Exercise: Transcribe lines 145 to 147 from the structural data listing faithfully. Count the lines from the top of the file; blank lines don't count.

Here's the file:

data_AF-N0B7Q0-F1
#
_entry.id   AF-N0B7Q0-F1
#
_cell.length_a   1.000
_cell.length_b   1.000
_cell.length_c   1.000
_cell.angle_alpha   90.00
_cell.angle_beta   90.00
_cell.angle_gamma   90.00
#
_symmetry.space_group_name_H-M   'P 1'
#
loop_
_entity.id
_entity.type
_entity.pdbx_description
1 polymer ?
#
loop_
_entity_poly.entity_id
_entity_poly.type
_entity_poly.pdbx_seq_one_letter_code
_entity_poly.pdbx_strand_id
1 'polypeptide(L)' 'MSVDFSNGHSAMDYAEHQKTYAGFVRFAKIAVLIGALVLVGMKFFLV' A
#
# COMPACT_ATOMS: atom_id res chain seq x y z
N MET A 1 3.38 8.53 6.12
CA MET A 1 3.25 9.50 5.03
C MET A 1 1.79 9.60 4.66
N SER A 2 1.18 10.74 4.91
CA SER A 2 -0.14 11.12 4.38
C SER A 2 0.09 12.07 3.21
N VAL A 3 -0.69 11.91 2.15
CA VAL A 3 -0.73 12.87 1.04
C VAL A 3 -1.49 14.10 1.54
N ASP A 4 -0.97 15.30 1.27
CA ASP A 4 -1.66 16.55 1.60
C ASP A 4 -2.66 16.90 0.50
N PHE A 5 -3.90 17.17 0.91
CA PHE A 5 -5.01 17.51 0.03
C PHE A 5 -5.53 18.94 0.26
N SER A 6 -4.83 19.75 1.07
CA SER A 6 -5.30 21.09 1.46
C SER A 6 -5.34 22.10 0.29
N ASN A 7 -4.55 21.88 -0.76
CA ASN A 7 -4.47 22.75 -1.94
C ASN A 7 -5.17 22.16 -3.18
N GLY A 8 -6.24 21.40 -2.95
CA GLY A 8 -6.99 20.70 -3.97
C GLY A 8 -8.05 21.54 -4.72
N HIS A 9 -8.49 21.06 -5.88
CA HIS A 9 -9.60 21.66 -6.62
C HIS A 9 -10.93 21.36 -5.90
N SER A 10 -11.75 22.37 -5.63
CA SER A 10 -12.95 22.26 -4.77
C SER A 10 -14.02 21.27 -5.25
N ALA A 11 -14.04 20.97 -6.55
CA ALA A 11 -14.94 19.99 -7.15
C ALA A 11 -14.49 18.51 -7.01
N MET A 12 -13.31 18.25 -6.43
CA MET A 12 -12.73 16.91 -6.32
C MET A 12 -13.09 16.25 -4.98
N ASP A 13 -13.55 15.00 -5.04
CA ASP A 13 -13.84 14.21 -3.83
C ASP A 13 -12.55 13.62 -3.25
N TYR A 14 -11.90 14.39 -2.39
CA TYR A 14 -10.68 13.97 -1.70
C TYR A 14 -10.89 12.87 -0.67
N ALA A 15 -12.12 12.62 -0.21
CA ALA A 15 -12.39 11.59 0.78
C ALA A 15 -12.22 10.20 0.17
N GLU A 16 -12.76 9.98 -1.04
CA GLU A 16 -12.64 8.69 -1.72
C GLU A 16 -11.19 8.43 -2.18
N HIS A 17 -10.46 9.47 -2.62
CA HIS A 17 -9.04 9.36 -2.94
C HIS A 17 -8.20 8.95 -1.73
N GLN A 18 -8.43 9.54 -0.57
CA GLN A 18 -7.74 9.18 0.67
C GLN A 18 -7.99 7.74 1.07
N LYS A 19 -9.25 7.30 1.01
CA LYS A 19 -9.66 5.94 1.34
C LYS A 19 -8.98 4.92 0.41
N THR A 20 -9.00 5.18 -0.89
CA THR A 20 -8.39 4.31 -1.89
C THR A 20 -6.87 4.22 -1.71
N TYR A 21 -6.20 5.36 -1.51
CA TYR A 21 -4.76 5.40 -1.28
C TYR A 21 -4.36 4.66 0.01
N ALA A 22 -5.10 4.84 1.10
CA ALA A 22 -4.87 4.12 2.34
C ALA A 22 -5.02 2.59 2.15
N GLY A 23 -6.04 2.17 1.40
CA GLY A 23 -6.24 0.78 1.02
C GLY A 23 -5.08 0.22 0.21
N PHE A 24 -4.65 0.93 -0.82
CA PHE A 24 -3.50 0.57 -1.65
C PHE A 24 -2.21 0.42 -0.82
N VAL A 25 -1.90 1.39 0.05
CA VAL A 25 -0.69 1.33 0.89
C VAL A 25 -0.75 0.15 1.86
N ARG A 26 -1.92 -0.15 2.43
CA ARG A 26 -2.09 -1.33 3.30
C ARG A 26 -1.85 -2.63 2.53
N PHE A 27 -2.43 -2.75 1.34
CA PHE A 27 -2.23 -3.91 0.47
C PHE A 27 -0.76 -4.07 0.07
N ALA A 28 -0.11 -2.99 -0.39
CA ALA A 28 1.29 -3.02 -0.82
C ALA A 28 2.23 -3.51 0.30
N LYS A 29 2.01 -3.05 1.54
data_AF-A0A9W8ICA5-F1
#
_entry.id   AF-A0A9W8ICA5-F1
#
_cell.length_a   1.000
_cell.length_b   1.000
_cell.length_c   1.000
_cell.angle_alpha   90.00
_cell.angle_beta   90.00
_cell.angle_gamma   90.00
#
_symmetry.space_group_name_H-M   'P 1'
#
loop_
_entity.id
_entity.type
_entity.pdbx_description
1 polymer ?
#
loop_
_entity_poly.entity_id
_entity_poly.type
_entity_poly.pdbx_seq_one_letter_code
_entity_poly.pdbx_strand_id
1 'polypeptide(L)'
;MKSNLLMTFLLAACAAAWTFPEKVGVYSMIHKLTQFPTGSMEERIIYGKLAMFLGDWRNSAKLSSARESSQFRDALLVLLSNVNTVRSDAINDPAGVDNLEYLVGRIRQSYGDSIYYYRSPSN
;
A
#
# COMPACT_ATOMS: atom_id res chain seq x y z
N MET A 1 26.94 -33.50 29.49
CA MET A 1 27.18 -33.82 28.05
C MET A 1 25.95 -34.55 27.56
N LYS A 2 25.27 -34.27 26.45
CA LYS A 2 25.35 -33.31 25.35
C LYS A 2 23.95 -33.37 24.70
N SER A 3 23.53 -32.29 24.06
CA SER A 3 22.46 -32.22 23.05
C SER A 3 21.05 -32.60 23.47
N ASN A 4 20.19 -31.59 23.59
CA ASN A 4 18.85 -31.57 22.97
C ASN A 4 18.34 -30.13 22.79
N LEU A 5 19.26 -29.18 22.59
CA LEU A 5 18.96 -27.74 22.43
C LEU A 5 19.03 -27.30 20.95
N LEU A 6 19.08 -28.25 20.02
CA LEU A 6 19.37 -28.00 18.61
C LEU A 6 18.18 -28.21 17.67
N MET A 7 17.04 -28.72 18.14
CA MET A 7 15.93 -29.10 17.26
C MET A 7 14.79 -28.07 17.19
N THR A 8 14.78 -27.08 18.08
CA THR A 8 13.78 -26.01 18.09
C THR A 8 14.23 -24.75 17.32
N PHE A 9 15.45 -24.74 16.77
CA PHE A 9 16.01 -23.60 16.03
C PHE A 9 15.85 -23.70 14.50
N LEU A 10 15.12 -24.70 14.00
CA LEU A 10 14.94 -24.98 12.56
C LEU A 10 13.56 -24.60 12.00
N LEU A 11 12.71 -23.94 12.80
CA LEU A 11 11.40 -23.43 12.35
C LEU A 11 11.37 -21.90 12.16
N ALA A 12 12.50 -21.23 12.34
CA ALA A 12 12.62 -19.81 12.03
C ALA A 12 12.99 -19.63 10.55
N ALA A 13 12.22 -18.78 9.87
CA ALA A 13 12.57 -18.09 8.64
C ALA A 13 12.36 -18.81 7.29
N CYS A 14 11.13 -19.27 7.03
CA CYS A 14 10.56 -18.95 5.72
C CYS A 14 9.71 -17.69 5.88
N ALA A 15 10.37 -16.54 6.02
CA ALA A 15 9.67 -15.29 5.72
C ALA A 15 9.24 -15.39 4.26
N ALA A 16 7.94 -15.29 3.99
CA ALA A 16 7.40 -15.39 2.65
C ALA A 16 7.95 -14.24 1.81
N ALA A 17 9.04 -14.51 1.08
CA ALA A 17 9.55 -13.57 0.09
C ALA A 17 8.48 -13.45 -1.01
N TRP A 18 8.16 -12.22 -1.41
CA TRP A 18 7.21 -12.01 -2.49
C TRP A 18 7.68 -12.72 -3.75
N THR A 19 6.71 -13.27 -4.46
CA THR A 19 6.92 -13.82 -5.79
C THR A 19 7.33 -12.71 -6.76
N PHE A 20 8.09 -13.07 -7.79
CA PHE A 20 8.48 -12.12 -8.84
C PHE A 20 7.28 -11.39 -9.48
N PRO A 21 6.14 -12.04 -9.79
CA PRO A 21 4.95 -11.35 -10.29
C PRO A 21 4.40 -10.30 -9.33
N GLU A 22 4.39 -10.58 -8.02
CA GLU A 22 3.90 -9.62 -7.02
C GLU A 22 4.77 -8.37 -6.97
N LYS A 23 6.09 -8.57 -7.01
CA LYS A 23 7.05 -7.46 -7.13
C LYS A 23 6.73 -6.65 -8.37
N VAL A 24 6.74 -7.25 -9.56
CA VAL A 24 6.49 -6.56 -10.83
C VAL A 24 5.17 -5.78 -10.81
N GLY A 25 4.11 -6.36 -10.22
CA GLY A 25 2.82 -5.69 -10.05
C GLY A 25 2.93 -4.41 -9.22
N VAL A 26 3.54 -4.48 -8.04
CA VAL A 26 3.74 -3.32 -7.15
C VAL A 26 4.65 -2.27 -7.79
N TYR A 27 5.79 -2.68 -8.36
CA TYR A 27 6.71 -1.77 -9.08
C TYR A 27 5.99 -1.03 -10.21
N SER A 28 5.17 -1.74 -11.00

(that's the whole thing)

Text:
C MET A 1 25.95 -34.55 27.56
N LYS A 2 25.27 -34.27 26.45
CA LYS A 2 25.35 -33.31 25.35